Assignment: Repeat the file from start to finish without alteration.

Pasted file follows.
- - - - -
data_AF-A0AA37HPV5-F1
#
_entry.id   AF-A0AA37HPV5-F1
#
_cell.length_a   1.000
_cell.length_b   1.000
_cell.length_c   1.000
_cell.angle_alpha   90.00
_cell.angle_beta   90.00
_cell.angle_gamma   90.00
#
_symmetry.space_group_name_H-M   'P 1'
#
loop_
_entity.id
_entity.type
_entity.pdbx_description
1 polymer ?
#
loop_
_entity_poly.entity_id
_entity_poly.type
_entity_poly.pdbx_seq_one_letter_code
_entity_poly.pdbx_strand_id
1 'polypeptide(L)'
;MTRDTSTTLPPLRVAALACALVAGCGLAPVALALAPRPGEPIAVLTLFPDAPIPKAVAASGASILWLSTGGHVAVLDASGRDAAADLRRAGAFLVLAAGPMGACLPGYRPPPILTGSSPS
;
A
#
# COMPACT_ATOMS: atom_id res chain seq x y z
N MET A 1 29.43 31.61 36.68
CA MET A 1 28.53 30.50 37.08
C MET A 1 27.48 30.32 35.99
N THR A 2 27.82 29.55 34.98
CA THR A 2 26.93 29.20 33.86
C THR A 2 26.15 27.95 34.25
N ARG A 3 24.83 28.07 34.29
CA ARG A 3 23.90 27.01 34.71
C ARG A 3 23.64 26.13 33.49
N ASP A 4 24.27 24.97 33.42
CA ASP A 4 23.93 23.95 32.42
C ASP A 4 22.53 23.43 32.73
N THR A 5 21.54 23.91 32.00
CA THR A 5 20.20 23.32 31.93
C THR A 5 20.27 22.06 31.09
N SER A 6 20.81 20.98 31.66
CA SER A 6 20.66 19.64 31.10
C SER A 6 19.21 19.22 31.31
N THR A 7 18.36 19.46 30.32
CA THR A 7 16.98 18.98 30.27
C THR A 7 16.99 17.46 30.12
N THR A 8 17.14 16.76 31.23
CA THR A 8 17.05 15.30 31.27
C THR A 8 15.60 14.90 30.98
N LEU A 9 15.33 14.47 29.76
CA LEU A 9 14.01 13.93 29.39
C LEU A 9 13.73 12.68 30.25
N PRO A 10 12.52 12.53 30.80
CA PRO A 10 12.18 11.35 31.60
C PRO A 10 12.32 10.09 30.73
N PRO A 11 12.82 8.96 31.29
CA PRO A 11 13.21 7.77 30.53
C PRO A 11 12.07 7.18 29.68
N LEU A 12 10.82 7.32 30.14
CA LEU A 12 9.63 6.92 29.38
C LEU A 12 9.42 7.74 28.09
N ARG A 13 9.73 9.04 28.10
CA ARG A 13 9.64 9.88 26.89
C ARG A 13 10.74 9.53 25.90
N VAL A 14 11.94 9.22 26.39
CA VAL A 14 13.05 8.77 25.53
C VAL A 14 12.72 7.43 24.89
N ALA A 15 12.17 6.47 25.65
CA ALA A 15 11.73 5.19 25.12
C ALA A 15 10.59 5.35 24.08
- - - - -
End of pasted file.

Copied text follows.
data_AF-A0AA37HPV5-F1
#
_entry.id   AF-A0AA37HPV5-F1
#
_cell.length_a   1.000
_cell.length_b   1.000
_cell.length_c   1.000
_cell.angle_alpha   90.00
_cell.angle_beta   90.00
_cell.angle_gamma   90.00
#
_symmetry.space_group_name_H-M   'P 1'
#
loop_
_entity.id
_entity.type
_entity.pdbx_description
1 polymer ?
#
loop_
_entity_poly.entity_id
_entity_poly.type
_entity_poly.pdbx_seq_one_letter_code
_entity_poly.pdbx_strand_id
1 'polypeptide(L)'
;MTRDTSTTLPPLRVAALACALVAGCGLAPVALALAPRPGEPIAVLTLFPDAPIPKAVAASGASILWLSTGGHVAVLDASGRDAAADLRRAGAFLVLAAGPMGACLPGYRPPPILTGSSPS
;
A
#
# COMPACT_ATOMS: atom_id res chain seq x y z
N MET A 1 29.43 31.61 36.68
CA MET A 1 28.53 30.50 37.08
C MET A 1 27.48 30.32 35.99
N THR A 2 27.82 29.55 34.98
CA THR A 2 26.93 29.20 33.86
C THR A 2 26.15 27.95 34.25
N ARG A 3 24.83 28.07 34.29
CA ARG A 3 23.90 27.01 34.71
C ARG A 3 23.64 26.13 33.49
N ASP A 4 24.27 24.97 33.42
CA ASP A 4 23.93 23.95 32.42
C ASP A 4 22.53 23.43 32.73
N THR A 5 21.54 23.91 32.00
CA THR A 5 20.20 23.32 31.93
C THR A 5 20.27 22.06 31.09
N SER A 6 20.81 20.98 31.66
CA SER A 6 20.66 19.64 31.10
C SER A 6 19.21 19.22 31.31
N THR A 7 18.36 19.46 30.32
CA THR A 7 16.98 18.98 30.27
C THR A 7 16.99 17.46 30.12
N THR A 8 17.14 16.76 31.23
CA THR A 8 17.05 15.30 31.27
C THR A 8 15.60 14.90 30.98
N LEU A 9 15.33 14.47 29.76
CA LEU A 9 14.01 13.93 29.39
C LEU A 9 13.73 12.68 30.25
N PRO A 10 12.52 12.53 30.80
CA PRO A 10 12.18 11.35 31.60
C PRO A 10 12.32 10.09 30.73
N PRO A 11 12.82 8.96 31.29
CA PRO A 11 13.21 7.77 30.53
C PRO A 11 12.07 7.18 29.68
N LEU A 12 10.82 7.32 30.14
CA LEU A 12 9.63 6.92 29.38
C LEU A 12 9.42 7.74 28.09
N ARG A 13 9.73 9.04 28.10
CA ARG A 13 9.64 9.88 26.89
C ARG A 13 10.74 9.53 25.90
N VAL A 14 11.94 9.22 26.39
CA VAL A 14 13.05 8.77 25.53
C VAL A 14 12.72 7.43 24.89
N ALA A 15 12.17 6.47 25.65
CA ALA A 15 11.73 5.19 25.12
C ALA A 15 10.59 5.35 24.08